## Exercises

# Additional Exercises

If you have the energy, try these before moving on to the next section. These exercises focus on test-first programming, meaning that they focus on writing correct behavior and on writing the fewest design elements that solve the problem.

## Ideas for Features

Add more behavior to your fractions library: multiply fractions, then subtract them, then divide them. How will you handle dividing by zero?

Add more items to the mathematics library: arithmetic with complex numbers, arithmetic with polynomial expressions of one variable (such as 2x^3 + 3x^2 + 7x + 9, which you could represent as [9, 7, 3, 2], so that the number at index *n* is the coefficient of *x^n*.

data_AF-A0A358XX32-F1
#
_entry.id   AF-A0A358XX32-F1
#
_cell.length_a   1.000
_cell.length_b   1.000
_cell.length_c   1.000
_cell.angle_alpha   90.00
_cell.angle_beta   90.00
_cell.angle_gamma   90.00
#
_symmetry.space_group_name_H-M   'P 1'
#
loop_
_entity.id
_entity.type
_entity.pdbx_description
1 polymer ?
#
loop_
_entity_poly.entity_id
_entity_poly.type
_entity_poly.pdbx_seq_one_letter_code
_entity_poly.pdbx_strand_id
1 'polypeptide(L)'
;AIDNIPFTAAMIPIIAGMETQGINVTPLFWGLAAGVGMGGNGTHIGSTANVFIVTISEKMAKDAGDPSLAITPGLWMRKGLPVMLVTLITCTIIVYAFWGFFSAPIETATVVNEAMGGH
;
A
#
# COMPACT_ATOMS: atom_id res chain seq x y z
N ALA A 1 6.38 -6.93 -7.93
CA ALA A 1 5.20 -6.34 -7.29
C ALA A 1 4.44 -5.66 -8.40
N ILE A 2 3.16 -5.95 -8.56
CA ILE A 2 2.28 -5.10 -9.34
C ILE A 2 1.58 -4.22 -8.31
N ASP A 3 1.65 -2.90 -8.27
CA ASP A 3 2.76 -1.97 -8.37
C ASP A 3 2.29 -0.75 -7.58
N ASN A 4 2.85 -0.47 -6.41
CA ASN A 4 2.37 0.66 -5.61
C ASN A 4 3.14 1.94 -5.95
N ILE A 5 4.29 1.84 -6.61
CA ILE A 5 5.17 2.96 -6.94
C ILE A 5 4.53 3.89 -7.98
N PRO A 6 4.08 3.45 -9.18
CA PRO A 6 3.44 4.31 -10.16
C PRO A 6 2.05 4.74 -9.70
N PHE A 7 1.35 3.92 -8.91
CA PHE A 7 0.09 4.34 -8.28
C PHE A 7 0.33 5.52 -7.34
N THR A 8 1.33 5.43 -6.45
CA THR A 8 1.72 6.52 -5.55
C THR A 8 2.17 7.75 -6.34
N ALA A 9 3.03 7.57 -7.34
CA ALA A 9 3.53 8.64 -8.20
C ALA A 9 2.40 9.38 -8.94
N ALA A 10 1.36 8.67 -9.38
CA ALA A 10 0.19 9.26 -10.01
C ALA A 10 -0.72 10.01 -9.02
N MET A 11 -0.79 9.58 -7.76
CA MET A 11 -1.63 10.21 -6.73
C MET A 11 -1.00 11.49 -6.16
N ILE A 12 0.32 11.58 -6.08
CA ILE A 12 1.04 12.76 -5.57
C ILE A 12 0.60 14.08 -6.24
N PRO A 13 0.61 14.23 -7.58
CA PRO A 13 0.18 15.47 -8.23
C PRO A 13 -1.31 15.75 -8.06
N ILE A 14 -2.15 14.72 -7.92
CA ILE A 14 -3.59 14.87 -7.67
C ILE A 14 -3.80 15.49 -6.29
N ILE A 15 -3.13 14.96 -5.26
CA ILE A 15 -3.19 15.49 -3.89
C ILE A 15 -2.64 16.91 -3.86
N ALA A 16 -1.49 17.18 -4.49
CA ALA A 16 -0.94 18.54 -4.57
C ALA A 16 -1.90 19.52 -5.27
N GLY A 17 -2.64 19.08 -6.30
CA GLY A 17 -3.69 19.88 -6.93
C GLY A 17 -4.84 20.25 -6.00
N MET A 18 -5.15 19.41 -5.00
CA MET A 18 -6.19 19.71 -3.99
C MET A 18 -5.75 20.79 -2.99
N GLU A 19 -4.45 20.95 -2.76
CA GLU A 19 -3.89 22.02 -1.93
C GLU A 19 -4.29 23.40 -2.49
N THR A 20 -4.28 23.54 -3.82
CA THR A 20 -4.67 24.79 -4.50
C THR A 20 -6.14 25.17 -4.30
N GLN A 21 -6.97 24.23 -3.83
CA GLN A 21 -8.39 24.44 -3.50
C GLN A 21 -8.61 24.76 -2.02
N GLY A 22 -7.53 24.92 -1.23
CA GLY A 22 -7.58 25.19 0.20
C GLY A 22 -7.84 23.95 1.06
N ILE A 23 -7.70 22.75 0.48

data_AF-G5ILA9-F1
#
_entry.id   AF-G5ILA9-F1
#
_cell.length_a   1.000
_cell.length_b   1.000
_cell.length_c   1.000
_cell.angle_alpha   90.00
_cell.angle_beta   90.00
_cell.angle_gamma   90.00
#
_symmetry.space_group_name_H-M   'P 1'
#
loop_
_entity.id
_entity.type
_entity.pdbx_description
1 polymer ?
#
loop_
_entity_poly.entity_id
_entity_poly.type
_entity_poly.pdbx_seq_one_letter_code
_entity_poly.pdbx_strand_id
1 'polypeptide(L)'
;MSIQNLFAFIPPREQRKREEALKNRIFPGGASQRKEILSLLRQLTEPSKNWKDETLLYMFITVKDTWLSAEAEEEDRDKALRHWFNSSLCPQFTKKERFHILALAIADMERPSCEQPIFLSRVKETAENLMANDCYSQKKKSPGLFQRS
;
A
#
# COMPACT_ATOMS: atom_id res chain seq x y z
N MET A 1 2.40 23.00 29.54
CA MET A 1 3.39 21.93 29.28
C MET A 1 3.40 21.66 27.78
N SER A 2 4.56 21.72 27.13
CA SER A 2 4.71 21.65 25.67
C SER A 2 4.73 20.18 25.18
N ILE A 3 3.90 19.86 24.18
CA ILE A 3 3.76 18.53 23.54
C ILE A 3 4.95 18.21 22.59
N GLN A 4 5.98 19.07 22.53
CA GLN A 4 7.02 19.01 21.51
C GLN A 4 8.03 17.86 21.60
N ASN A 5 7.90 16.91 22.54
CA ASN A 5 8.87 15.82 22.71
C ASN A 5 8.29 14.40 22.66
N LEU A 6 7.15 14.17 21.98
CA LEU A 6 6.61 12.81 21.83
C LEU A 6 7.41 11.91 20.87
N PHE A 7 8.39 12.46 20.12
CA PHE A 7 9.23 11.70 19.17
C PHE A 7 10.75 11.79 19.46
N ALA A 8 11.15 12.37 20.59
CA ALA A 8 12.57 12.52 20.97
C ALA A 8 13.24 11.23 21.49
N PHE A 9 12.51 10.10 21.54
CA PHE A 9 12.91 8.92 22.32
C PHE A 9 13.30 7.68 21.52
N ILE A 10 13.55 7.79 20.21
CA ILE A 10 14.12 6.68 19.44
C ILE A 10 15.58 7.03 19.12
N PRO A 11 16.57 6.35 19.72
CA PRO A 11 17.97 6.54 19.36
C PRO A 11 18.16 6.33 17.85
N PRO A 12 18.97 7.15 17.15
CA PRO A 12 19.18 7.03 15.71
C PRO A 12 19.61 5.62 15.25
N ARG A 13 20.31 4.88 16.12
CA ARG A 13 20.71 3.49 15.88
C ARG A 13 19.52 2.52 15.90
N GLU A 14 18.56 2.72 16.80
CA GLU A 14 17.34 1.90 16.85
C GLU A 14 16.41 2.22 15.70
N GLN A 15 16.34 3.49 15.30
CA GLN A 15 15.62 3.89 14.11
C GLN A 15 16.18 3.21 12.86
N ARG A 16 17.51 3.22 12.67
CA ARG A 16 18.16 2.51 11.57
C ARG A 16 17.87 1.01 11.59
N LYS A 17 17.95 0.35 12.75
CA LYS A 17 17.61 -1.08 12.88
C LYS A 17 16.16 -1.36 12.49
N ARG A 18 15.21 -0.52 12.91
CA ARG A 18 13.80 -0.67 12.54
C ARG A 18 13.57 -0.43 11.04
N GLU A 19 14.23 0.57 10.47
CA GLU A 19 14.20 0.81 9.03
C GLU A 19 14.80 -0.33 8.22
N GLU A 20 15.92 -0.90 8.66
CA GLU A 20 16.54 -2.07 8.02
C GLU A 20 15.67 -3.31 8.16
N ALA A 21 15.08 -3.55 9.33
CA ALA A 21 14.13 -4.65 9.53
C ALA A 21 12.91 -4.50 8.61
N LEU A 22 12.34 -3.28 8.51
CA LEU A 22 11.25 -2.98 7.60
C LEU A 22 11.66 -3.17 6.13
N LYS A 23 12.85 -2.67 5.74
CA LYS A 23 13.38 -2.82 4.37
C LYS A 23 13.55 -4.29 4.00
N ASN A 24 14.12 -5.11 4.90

Do you find any common behavior to extract from among fractions, complex numbers, and polynomials? Extract it. What name do you give to it?

## Constraints and Guidelines

- Start with a test list! Don't let yourself write the first test until you get your ideas out of your head.
- At every step, look for code that you can delete, then delete it. Did you write the smallest failing test? Did you write the smallest passing code?
- It's OK to have implementation/production design ideas up front, but
! Try to take smaller steps so that you don't build what you have in mind until you have no choice. Try harder. You can almost always take a smaller step.**try hard not to introduce them** - Commit on every green bar. Write your commit comments carefully. Do not skip this part. If it takes 10 minutes to answer the question, "Why did I make this tiny change?" then that's OK: that's what practice is for.